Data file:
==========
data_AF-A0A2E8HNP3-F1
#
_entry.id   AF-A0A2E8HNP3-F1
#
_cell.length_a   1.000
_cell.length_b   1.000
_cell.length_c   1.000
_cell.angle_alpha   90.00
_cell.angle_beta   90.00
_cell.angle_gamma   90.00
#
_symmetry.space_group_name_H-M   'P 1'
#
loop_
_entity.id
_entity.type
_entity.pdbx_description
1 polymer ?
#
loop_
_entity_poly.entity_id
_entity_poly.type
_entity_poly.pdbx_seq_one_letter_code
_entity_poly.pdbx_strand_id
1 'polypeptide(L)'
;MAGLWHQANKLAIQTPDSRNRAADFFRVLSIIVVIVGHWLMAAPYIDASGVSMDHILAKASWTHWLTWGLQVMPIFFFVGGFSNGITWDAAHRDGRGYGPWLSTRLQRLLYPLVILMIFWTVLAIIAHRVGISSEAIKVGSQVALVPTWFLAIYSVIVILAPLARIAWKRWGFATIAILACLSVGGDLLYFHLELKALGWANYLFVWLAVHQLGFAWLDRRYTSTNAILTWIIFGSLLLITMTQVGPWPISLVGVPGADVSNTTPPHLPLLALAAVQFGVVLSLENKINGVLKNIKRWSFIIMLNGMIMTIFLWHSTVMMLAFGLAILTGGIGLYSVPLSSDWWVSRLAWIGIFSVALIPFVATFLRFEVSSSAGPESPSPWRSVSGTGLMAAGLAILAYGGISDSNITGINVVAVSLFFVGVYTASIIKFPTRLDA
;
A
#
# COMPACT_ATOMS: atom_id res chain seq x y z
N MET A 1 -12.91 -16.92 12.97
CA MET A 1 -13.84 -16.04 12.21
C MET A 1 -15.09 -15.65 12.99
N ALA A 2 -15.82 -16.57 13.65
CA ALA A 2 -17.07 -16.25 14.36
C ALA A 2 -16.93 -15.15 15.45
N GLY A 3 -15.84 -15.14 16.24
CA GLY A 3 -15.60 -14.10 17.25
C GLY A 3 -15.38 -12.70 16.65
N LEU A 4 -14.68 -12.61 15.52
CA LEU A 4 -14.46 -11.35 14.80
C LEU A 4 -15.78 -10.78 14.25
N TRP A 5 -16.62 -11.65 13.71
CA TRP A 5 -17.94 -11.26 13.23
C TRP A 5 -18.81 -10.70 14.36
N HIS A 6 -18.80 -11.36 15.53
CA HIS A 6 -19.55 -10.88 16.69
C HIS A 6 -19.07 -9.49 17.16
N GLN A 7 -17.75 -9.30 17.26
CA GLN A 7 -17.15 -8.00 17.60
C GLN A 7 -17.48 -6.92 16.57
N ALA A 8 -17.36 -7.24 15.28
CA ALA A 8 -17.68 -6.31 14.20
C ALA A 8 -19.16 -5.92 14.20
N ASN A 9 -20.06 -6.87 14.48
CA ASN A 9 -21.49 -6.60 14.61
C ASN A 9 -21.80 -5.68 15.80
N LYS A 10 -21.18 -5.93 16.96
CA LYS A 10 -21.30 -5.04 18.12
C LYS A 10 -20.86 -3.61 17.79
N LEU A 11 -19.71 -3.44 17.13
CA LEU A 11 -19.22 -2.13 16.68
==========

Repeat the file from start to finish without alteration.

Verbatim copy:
data_AF-A0A2E8HNP3-F1
#
_entry.id   AF-A0A2E8HNP3-F1
#
_cell.length_a   1.000
_cell.length_b   1.000
_cell.length_c   1.000
_cell.angle_alpha   90.00
_cell.angle_beta   90.00
_cell.angle_gamma   90.00
#
_symmetry.space_group_name_H-M   'P 1'
#
loop_
_entity.id
_entity.type
_entity.pdbx_description
1 polymer ?
#
loop_
_entity_poly.entity_id
_entity_poly.type
_entity_poly.pdbx_seq_one_letter_code
_entity_poly.pdbx_strand_id
1 'polypeptide(L)'
;MAGLWHQANKLAIQTPDSRNRAADFFRVLSIIVVIVGHWLMAAPYIDASGVSMDHILAKASWTHWLTWGLQVMPIFFFVGGFSNGITWDAAHRDGRGYGPWLSTRLQRLLYPLVILMIFWTVLAIIAHRVGISSEAIKVGSQVALVPTWFLAIYSVIVILAPLARIAWKRWGFATIAILACLSVGGDLLYFHLELKALGWANYLFVWLAVHQLGFAWLDRRYTSTNAILTWIIFGSLLLITMTQVGPWPISLVGVPGADVSNTTPPHLPLLALAAVQFGVVLSLENKINGVLKNIKRWSFIIMLNGMIMTIFLWHSTVMMLAFGLAILTGGIGLYSVPLSSDWWVSRLAWIGIFSVALIPFVATFLRFEVSSSAGPESPSPWRSVSGTGLMAAGLAILAYGGISDSNITGINVVAVSLFFVGVYTASIIKFPTRLDA
;
A
#
# COMPACT_ATOMS: atom_id res chain seq x y z
N MET A 1 -12.91 -16.92 12.97
CA MET A 1 -13.84 -16.04 12.21
C MET A 1 -15.09 -15.65 12.99
N ALA A 2 -15.82 -16.57 13.65
CA ALA A 2 -17.07 -16.25 14.36
C ALA A 2 -16.93 -15.15 15.45
N GLY A 3 -15.84 -15.14 16.24
CA GLY A 3 -15.60 -14.10 17.25
C GLY A 3 -15.38 -12.70 16.65
N LEU A 4 -14.68 -12.61 15.52
CA LEU A 4 -14.46 -11.35 14.80
C LEU A 4 -15.78 -10.78 14.25
N TRP A 5 -16.62 -11.65 13.71
CA TRP A 5 -17.94 -11.26 13.23
C TRP A 5 -18.81 -10.70 14.36
N HIS A 6 -18.80 -11.36 15.53
CA HIS A 6 -19.55 -10.88 16.69
C HIS A 6 -19.07 -9.49 17.16
N GLN A 7 -17.75 -9.30 17.26
CA GLN A 7 -17.15 -8.00 17.60
C GLN A 7 -17.48 -6.92 16.57
N ALA A 8 -17.36 -7.24 15.28
CA ALA A 8 -17.68 -6.31 14.20
C ALA A 8 -19.16 -5.92 14.20
N ASN A 9 -20.06 -6.87 14.48
CA ASN A 9 -21.49 -6.60 14.61
C ASN A 9 -21.80 -5.68 15.80
N LYS A 10 -21.18 -5.93 16.96
CA LYS A 10 -21.30 -5.04 18.12
C LYS A 10 -20.86 -3.61 17.79
N LEU A 11 -19.71 -3.44 17.13
CA LEU A 11 -19.22 -2.13 16.68